Senate Majority Leader Harry Reid said Sunday he would be "happy to take a look at" bringing a nationwide ban on abortions after the fetus is 20-weeks old. However, Reid, who has said he is pro-life, described the ban as a "fringe issue."
"They can offer an amendment, it's the Senate, and we'll take it up," Reid told host David Gregory on NBC's "Meet the Press."
"I'm asking on the substance," Gregory responded, "is it reasonable or unreasonable?"
"I think we should deal with the problems that affect this country," Reid answered. "We need to do something to help the American working class and stop worrying about fringe issues."
Unsatisfied with that answer, Gregory pressed again: "Is it unreasonable to put restrictions on abortion after 20 weeks?"
While avoiding any commitment to bring a bill up for a vote, Reid responded, "I'm happy to look at this. I repeat. Let's do things that the vast majority of the American people think we should deal with."
As Gregory noted in the interview, Reid has described himself in previous elections as pro-life. While in the Senate, he has voted in favor of a partial-birth abortion ban, a parental notification law, and a law that would make it illegal to transport a minor across states lines for the purpose of obtaining an abortion. Since becoming the leader of the Democrats in the Senate, though, Reid has done little to advance the pro-life cause.
Reid was asked about a 20-week ban in May, after abortionist Kermit Gosnell was convicted for delivering live, late-term babies, then killing them. Reid's answer was confusing, but seemed to suggest that the Gosnell trial demonstrated a need for fewer abortion restrictions.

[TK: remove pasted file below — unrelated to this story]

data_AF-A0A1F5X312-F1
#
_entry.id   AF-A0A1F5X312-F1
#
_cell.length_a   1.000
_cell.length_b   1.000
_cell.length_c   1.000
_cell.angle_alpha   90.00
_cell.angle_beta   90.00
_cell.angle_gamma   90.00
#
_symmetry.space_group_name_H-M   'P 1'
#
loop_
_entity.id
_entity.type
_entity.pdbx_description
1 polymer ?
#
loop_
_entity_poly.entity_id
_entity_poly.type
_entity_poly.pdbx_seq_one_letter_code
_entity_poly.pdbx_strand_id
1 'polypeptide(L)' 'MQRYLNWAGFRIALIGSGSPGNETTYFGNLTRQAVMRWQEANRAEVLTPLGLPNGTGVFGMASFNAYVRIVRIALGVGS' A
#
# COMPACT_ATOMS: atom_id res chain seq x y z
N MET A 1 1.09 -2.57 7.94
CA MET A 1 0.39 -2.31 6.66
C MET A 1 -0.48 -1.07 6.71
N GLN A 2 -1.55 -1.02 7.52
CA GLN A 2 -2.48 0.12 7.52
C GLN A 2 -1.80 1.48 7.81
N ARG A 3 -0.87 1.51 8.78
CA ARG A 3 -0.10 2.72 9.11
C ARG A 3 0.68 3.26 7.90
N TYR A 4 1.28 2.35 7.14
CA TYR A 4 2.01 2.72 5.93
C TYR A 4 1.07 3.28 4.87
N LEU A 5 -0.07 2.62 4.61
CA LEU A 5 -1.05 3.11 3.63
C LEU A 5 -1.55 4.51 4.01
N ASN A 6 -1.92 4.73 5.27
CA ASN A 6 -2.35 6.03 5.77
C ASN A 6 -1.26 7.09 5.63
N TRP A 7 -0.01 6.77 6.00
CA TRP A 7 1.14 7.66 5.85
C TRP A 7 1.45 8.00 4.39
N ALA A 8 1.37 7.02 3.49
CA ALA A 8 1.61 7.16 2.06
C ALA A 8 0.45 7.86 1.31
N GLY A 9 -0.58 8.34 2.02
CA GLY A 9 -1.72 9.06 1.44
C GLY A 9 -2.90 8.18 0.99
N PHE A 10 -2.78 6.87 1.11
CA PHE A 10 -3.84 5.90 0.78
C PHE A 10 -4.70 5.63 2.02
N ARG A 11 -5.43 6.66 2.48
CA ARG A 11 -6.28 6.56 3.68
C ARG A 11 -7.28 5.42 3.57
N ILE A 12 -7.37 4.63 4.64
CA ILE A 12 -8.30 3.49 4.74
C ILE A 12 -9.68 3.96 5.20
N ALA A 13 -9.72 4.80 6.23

"People have been pushed back into these holes to do something that is legal," he said. "I think all this picketing of these clinics, throwing chemicals into them to make them so you can't use them, can't get the chemicals out, all these restrictive laws. The law of the land now is what the Supreme Court has said. And I think to keep pushing these clinics back to situations where they wind up like this is wrong."
"I think that no matter how you stand on the issue of abortion, people who make that decision, should do it and not have to be worried about infections and some butcher like this doing the bad things he did. It should be in a place that's clean and sterile and have people that know what they're doing and care about what they do."
A 20-week abortion ban has already passed the House. An earlier version that would only apply to Washington, D.C., was introduced by Sen. Mike Lee (R-Utah). The Weekly Standard's Fred Barnes recently reported that Sen. Marco Rubio (R-Fla.) would sponsor a bill similar to the House version banning abortions after 20-weeks for the whole nation.
Arizona passed a 20-week ban and North Dakota passed a six-week ban earlier this year. The Texas legislature passed a 20-week ban last week after a second special session and Governor Rick Perry has said he will sign it.
A recent HuffPost/YouGov poll showed a strong majority of Americans, 59 percent, support the 20-week ban on abortions.